THE RAILWAYS OF INDIA
The bunks are too narrow for beds and too wide for seats. The act of rolling over in the night is attended with some danger and more anxiety, especially by the occupants of the upper berths. In the daytime you can sit on the edge like an embarrassed boy, with nothing to support your spine, or you can curl up like a Buddha on his lotus flower, with your legs under you; but that is not dignified, nor is it a comfortable posture for a fat man. Slender girls can do it all right; but it is impracticable for ladies who have passed the thirty-third degree, or have acquired embonpoint with their other graces. Or you can shove back against the windows and let your feet stick out straight toward the infinite. It isn't the fault of a railway corporation or the master mechanic of a car factory if they don't reach the floor. It is a defect for which nature is responsible. President Lincoln once said every man's legs ought to be long enough to reach the ground.
The cars are divided into two, three, or four compartments for first-class passengers, with a narrow little pen for their servants at the end which is absolutely necessary, because nobody in India travels without an attendant to wait upon him. His comfort as well as his social position requires it, and few have the moral courage to disregard the rule. To make it a little clearer I will give you a diagram sketched by your special artist on the spot.
This is an excellent representation of a first-class railway carriage in India without meretricious embellishments.
The second-class compartments, for which two-thirds of the first-class rates are charged, have six narrow bunks instead of four, the two extras being in the middle supported by iron rods fastened to the floor and the ceiling. The woodwork of all cars, first, second, and third class, is plain matched lumber, like our flooring, painted or stained and varnished. The floor is bare, without carpet or matting, and around on the wall, wherever there is room for them, enormous hooks are screwed on. Over the doors are racks of netting. The bunks are plain wooden benches, covered with leather cushions stuffed with straw and packed as hard as tombstones by the weight of previous passengers. The ceiling is of boards pierced with a hole for a glass globe, which prevents the oil dripping upon your bald spot from a feeble and dejected lamp. It is too dim to read by and scarcely bright enough to enable you to distinguish the expression upon the lineaments of your fellow passengers. A scoop net of green cloth on a wire springs back over the light to cover it when you want to sleep: Sometimes it works and sometimes it doesn't. The toilet room is Spartan in its simplicity, and the amount of water in the tanks depends upon the conscientiousness of a naked heathen of the lowest caste, who walks over the roofs of the cars and is supposed to fill them from a pig skin suspended on his back. You furnish your own towel and the most untidy stranger in the compartment usually wants to borrow it, having forgotten to bring one himself. You acquire merit in heaven, as the Buddhists say, by loaning it to him, but it is a better plan to carry two towels, in order to be prepared for such an emergency.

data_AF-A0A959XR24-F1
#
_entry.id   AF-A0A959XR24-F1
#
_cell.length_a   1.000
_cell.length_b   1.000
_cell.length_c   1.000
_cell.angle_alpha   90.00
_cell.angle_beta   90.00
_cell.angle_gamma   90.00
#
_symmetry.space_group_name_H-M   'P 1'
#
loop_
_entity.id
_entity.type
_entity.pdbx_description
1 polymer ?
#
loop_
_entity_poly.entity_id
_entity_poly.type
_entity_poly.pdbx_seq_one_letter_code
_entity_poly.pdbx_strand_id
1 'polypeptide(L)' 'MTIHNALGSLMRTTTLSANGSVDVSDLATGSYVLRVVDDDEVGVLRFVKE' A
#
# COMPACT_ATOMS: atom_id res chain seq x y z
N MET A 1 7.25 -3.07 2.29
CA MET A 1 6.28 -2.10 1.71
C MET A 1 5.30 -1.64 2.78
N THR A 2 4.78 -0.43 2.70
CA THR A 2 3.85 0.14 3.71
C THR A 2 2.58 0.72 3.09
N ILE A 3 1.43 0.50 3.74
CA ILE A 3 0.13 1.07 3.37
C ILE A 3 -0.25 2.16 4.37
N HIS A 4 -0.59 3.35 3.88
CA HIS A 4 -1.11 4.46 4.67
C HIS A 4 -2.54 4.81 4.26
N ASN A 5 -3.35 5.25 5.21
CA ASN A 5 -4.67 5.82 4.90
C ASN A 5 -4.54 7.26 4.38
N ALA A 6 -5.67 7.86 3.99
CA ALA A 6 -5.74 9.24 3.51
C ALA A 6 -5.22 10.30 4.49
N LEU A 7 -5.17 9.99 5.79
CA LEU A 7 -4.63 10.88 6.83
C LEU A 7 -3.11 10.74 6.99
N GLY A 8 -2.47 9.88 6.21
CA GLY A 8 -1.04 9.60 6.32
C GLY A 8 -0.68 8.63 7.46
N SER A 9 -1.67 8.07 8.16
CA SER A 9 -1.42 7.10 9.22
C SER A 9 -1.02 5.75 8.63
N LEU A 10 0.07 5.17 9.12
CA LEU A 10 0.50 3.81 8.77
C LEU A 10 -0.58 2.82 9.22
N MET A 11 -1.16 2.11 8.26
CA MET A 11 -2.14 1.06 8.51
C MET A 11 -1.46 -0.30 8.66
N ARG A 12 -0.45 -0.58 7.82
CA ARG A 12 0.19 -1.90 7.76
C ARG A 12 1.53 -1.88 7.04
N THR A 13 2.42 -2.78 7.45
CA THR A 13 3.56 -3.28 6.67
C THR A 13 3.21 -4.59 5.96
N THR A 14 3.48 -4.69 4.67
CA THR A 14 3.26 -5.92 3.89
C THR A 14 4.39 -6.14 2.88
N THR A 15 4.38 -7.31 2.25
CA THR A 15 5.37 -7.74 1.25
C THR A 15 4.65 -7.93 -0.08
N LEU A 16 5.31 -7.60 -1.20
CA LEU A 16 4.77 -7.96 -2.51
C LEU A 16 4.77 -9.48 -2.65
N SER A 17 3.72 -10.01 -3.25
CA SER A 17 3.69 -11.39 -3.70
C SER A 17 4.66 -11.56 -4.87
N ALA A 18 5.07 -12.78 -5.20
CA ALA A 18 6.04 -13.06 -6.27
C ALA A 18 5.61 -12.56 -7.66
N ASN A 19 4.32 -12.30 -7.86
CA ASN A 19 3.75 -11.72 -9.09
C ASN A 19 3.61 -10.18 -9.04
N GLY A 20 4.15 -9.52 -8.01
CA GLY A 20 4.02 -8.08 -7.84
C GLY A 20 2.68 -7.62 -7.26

As we were about starting upon a tour that required several thousand miles of railway travel and several weeks of time, the brilliant idea of avoiding an risks and anxiety by securing a private car was suggested, and negotiations were opened to that purpose, but were not concluded because of numerous considerations and contingencies which arose at every interview with the railway officials. They are not accustomed to such innovations and could not decide upon their own terms or ascertain, during the period before departure, what the connecting lines would charge us. There are private cars fitted up luxuriously for railway managers and high officials of the government, but they couldn't spare one of them for so long a time as we would need it. Finally somebody suggested a car that was fitted out for the Duke and Duchess of Connaught when they came over to the Durbar at Delhi. It had two compartments, with a bathroom, a kitchen and servants' quarters, but only three bunks. They kindly offered to let us use it provided we purchased six first-class tickets, and were too obtuse to comprehend why we objected to paying six fares for a car that could not possibly admit more than three people. But that was only the first of several issues. At the next interview they decided to charge us demurrage at the rate of 16 cents an hour for all the time the car was not in motion, and, finally, at the third interview, the traffic manager said it would be necessary for us to buy six first-class tickets in order to get the empty car back to Bombay, its starting point, at the end of our journey. This brought the charges up to a total as large as would be necessary to transport a circus or an opera company, and we decided to take our chances in the regular way.
We bought some sheets and pillow cases, pillows and old-fashioned comfortables and blankets, and bespoke a compartment on the train leaving Bombay that night. Two hours before the time for starting we sent Thagorayas, our "bearer", down to make up the beds, which, being accustomed to that sort of business, he did in an artistic manner, and by allowing him to take command of the expedition we succeeded in making the journey comfortably and with full satisfaction. The ladies of our party were assigned to one compartment and the gentlemen to another, where the latter had the company of an engineer engaged upon the Bombay harbor improvements, and a very intelligent and polite Englishman who acts as "adviser" to a native prince in the administration of an interior province.